For example, if you play Light of Day at my table, the chances are you’re going to be the biggest threat to me, even if the card is worthless against every other deck at the table. If I can only win with black creatures and your deck doesn’t allow me to attack, then I know that I have to take you out, even if that means getting someone else to cooperate with me and Naturalize the horrible thing. In that situation, I know I have no chance of winning if the game comes down to a duel between us, so I need you to be one of the first to die—which spells balancing. On the other hand, if you have Light of Day and a horde of pro-black weenies that could kill me quickly, but I have an answer somewhere in my deck, then I might just go along with you, moan about the fact that I can’t do anything against your deck, and start attacking the player who’s the biggest threat to you—in other words, bandwagoning.
If one or more players goes along with your threat assessment, and perceives them to be their main threat, they still may not go along with your balancing attempt. Firstly, balancing carries more immediate risks than bandwagoning, or just plain burying your head in the sand, so folks might be prepared to let you bear those costs while they sit it out. Secondly, they may not believe that balancing will be successful. There are many possible reasons for this, but it is especially likely because of hidden information—if you know you have a way to deal with The Threat in your hand, then their position won’t seem as overwhelming to you and you’ll happily balance against them. But someone who doesn’t know what you’ve got may lose hope, which entails bandwagoning. Thirdly, they may not want the balance to be resolved on your terms, either because they would then have to deal with you, or because they are waiting for a solution that will leave them on top. If I have seven mana and a Decree of Pain or Insurrection in hand, I’d rather wait to draw a land than help someone else to kill all of The Threat’s lovely creatures. Similarly, if The Threat scares everyone, but they’re the only one holding another player (who is uniquely scary for me) in check, then bandwagoning is the right strategy for me, even if balancing is a no-brainer for everyone else.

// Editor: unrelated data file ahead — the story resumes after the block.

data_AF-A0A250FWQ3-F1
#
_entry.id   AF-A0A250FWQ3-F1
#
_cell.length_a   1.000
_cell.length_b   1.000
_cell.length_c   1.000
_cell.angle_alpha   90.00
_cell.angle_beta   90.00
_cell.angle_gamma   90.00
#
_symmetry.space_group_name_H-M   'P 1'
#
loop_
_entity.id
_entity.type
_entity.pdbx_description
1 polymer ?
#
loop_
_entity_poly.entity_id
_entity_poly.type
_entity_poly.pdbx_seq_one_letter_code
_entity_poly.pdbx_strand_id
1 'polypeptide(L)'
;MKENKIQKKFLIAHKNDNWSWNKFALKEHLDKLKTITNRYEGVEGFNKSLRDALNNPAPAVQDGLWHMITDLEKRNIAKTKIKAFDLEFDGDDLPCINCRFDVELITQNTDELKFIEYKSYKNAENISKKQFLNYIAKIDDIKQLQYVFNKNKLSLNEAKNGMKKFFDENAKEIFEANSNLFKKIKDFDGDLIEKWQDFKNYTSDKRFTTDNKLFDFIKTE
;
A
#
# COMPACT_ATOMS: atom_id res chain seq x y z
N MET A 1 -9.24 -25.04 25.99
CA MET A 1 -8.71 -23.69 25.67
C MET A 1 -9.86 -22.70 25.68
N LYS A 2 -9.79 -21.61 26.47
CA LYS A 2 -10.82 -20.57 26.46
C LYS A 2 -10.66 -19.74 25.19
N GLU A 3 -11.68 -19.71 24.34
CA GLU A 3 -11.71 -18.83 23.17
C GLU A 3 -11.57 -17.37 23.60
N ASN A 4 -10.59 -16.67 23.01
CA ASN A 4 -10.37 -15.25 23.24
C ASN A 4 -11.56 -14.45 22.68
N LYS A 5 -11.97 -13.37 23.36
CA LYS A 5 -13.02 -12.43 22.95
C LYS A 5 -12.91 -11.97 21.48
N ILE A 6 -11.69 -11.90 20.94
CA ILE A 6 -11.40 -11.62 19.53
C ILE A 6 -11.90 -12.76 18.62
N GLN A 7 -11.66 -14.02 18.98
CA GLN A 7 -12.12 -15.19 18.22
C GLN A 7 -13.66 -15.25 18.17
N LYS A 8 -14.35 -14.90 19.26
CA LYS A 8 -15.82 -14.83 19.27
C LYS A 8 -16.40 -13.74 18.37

This makes politics very tricky indeed. Most of the people I play with routinely exaggerate the threats that other people play, to the point where it’s almost comical. But if you need someone to join you in balancing against that threat, then you have to consider the possibility of bandwagoning. This means that at a certain point you have to stop saying how scary The Threat is and start reassuring your potential allies that the balancing coalition is going to be the winning side. It’s a delicate balance: let them ignore a threat and you’ll have to deal with it on your own, but make them think that The Threat is unbeatable and they will give up trying to beat it and bandwagon (against you).